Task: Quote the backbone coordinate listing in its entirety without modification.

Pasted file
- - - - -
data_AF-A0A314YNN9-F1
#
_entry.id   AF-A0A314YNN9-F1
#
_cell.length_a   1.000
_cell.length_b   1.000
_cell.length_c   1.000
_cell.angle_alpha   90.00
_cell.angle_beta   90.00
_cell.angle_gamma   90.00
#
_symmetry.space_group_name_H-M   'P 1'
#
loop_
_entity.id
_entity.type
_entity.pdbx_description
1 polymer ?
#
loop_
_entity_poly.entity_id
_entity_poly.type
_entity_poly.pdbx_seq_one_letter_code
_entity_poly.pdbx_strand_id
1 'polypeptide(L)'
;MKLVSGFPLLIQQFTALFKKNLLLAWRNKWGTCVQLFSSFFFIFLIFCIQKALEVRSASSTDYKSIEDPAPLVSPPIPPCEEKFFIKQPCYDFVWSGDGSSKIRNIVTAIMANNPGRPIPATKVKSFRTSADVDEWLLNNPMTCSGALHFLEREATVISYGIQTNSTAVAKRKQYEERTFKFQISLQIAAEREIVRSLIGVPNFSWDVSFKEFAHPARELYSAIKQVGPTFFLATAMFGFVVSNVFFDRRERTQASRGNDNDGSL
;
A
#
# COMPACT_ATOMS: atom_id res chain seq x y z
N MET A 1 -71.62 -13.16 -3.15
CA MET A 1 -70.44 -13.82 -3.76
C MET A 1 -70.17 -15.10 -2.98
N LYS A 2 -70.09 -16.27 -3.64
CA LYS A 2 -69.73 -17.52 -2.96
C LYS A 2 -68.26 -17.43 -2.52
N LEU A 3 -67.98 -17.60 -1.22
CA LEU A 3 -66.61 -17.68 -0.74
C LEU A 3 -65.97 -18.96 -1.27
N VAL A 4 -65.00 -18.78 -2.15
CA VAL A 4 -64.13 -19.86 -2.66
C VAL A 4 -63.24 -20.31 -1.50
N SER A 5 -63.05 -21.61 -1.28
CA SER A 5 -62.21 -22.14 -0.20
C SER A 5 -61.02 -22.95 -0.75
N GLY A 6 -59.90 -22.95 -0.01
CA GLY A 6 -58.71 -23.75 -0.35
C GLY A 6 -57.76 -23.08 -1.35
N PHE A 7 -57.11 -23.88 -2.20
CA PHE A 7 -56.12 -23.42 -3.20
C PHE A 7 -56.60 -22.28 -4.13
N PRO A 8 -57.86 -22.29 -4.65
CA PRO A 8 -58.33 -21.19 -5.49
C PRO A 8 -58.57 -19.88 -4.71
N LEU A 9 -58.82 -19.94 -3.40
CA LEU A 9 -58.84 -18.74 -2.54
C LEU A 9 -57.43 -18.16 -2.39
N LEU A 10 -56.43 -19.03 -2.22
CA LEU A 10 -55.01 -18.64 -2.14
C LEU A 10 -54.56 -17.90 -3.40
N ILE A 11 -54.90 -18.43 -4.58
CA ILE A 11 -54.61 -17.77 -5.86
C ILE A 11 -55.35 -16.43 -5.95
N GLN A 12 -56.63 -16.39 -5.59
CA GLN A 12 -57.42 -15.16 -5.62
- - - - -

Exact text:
data_AF-A0A314YNN9-F1
#
_entry.id   AF-A0A314YNN9-F1
#
_cell.length_a   1.000
_cell.length_b   1.000
_cell.length_c   1.000
_cell.angle_alpha   90.00
_cell.angle_beta   90.00
_cell.angle_gamma   90.00
#
_symmetry.space_group_name_H-M   'P 1'
#
loop_
_entity.id
_entity.type
_entity.pdbx_description
1 polymer ?
#
loop_
_entity_poly.entity_id
_entity_poly.type
_entity_poly.pdbx_seq_one_letter_code
_entity_poly.pdbx_strand_id
1 'polypeptide(L)'
;MKLVSGFPLLIQQFTALFKKNLLLAWRNKWGTCVQLFSSFFFIFLIFCIQKALEVRSASSTDYKSIEDPAPLVSPPIPPCEEKFFIKQPCYDFVWSGDGSSKIRNIVTAIMANNPGRPIPATKVKSFRTSADVDEWLLNNPMTCSGALHFLEREATVISYGIQTNSTAVAKRKQYEERTFKFQISLQIAAEREIVRSLIGVPNFSWDVSFKEFAHPARELYSAIKQVGPTFFLATAMFGFVVSNVFFDRRERTQASRGNDNDGSL
;
A
#
# COMPACT_ATOMS: atom_id res chain seq x y z
N MET A 1 -71.62 -13.16 -3.15
CA MET A 1 -70.44 -13.82 -3.76
C MET A 1 -70.17 -15.10 -2.98
N LYS A 2 -70.09 -16.27 -3.64
CA LYS A 2 -69.73 -17.52 -2.96
C LYS A 2 -68.26 -17.43 -2.52
N LEU A 3 -67.98 -17.60 -1.22
CA LEU A 3 -66.61 -17.68 -0.74
C LEU A 3 -65.97 -18.96 -1.27
N VAL A 4 -65.00 -18.78 -2.15
CA VAL A 4 -64.13 -19.86 -2.66
C VAL A 4 -63.24 -20.31 -1.50
N SER A 5 -63.05 -21.61 -1.28
CA SER A 5 -62.21 -22.14 -0.20
C SER A 5 -61.02 -22.95 -0.75
N GLY A 6 -59.90 -22.95 -0.01
CA GLY A 6 -58.71 -23.75 -0.35
C GLY A 6 -57.76 -23.08 -1.35
N PHE A 7 -57.11 -23.88 -2.20
CA PHE A 7 -56.12 -23.42 -3.20
C PHE A 7 -56.60 -22.28 -4.13
N PRO A 8 -57.86 -22.29 -4.65
CA PRO A 8 -58.33 -21.19 -5.49
C PRO A 8 -58.57 -19.88 -4.71
N LEU A 9 -58.82 -19.94 -3.40
CA LEU A 9 -58.84 -18.74 -2.54
C LEU A 9 -57.43 -18.16 -2.39
N LEU A 10 -56.43 -19.03 -2.22
CA LEU A 10 -55.01 -18.64 -2.14
C LEU A 10 -54.56 -17.90 -3.40
N ILE A 11 -54.90 -18.43 -4.58
CA ILE A 11 -54.61 -17.77 -5.86
C ILE A 11 -55.35 -16.43 -5.95
N GLN A 12 -56.63 -16.39 -5.59
CA GLN A 12 -57.42 -15.16 -5.62